Bogus Straw Stats Popped Up in Last Night’s Shark Tank

Bad straw stats, having made regular appearances in government press releases, environmentalist literature, and mainstream media reports, have now had their prime-time TV debut. On Sunday, the show Shark Tank returned for a 10th season of billionaire investors entertaining pitches from entrepreneurs and inventors, including one from the reusable straw startup Final Straw.

At $25 a pop, Final Straw’s collapsible metal drinking straw is a tough sell, both to the sharks whose capital they were courting and to consumers who can (outside Seattle) get straws for free at most any restaurant they patronize. So to make a case for their product, co-founders Miles Pepper and Emma Rose Cohen had to lean heavily on some questionable statistics.

“Our oceans are filling up with plastic trash. Much of that trash is made of a seemingly harmless item, the plastic straw. Straws may not seem like a big deal to you but they are one of the top items littering our beaches,” said Cohen. A woman in a mermaid costume then entered. She was afraid of the sharks in the room, she said, but she was “more freaked out by the 500 million straws a day we use in the U.S.” This stunt was followed by some 5,900 straws raining from the ceiling, used to illustrate just how many straws we as a country allegedly use every second.

As television, it was pretty entertaining. But its accuracy left something to be desired. Let’s start with Cohen’s assertion that straws are “one of the top items littering our beaches.” This is true in the most perfunctory sense.

Take California, where preliminary data from that state’s 2017 coastal clean-up found that straws and stirrers combined the fourth most common item to be picked up by volunteers. That would qualify them as a “top” item, but ignores the fact that these straws make up only 2.56 percent of waste collected by during California’s coastal clean-up. That’s by item, mind you. Assuming an industry standard of .42 grams per straw, straws are about .01 percent of all waste collected on California’s beaches by weight.

But that’s a comparatively minor quibble. The bigger issue is that claim that Americans consume 500 million straws a day. This stat, we know now, was produced by a 9-year-old boy; more reliably estimates put straw consumption at 175 million per day.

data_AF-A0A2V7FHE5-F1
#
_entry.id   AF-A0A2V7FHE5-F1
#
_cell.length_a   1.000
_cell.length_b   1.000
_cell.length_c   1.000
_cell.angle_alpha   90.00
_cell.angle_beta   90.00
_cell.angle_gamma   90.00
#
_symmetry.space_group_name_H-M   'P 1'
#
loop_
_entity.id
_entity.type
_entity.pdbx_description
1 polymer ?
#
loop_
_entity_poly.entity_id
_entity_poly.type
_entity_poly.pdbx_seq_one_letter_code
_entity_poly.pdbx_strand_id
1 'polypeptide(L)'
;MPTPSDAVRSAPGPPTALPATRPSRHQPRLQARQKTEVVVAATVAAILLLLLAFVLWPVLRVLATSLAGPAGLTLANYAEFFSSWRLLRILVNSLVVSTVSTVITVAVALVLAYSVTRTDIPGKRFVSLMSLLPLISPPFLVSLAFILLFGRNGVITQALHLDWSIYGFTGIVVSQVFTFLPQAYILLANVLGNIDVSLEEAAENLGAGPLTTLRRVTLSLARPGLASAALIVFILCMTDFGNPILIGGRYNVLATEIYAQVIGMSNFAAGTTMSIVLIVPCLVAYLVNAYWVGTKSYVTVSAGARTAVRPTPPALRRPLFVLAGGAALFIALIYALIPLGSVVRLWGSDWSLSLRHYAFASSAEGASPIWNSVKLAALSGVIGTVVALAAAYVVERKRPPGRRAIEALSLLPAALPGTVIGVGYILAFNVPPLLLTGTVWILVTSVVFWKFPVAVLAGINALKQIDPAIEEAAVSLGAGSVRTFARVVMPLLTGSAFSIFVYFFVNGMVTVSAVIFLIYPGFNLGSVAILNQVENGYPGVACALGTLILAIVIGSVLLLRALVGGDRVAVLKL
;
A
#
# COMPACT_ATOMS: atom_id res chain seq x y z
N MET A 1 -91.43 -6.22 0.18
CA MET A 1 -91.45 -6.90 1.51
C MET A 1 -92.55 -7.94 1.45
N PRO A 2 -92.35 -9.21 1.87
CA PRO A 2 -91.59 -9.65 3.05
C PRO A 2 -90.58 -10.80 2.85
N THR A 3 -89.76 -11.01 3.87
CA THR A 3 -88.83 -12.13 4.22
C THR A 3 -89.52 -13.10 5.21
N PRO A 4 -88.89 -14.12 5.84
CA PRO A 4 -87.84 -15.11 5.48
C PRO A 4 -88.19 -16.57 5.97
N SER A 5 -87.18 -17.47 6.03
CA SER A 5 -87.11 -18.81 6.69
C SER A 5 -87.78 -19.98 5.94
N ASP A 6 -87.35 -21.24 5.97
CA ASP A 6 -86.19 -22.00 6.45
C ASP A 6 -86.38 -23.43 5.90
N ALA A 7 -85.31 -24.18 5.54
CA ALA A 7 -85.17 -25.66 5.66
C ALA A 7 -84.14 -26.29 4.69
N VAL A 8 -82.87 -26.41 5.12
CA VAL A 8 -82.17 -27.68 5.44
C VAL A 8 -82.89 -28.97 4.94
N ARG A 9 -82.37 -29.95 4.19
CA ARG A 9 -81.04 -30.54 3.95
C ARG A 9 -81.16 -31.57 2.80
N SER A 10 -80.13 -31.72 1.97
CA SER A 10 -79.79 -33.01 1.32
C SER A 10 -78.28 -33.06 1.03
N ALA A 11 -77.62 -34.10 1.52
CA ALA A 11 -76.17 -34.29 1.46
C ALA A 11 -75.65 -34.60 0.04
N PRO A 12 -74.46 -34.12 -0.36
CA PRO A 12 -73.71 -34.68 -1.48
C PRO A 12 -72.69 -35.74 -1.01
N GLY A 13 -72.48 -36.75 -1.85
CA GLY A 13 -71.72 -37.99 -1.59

Far from just a throwaway line, this bogus figure is at the core of Final Straw’s marketing. Besides providing the number of straws they dropped from the ceiling on Shark Tank, it’s the source of Final Straw’s claim that Americans use enough straws per day to wrap around the world 2.5 times, a claim cited on the five single-use “Ambassador Cards” the company sends you with each order. (Customers are supposed to leave them with the bill at restaurants still bold enough to use plastic straws.)

Ultimately, none of the sharks chose to invest in Final Straw, citing the limited appeal of such an expensive item. Nevertheless, each one took the time to praise the company’s founders for their important mission.

Yet Final Straw’s mission boils down to snazzy marketing of a gimmicky product. The truth is the problem of marine plastic pollution is not going to be solved by converting straws from a cheap mass-market product to a bourgie luxury. Nor will it be solved by municipal bans in countries that are responsible for a tiny fraction of the plastic getting into the ocean each year. What’s needed are better waste management systems in the poor, populous, coastal countries of Asia and Africa, where most marine plastic pollution is produced.

That’s admittedly a harder issue to tackle, and an even harder one to craft a sexy marketing campaign around. That may be why it gets so little attention from the entrepreneurs, activists, and politicians who claim to be interested in the problem.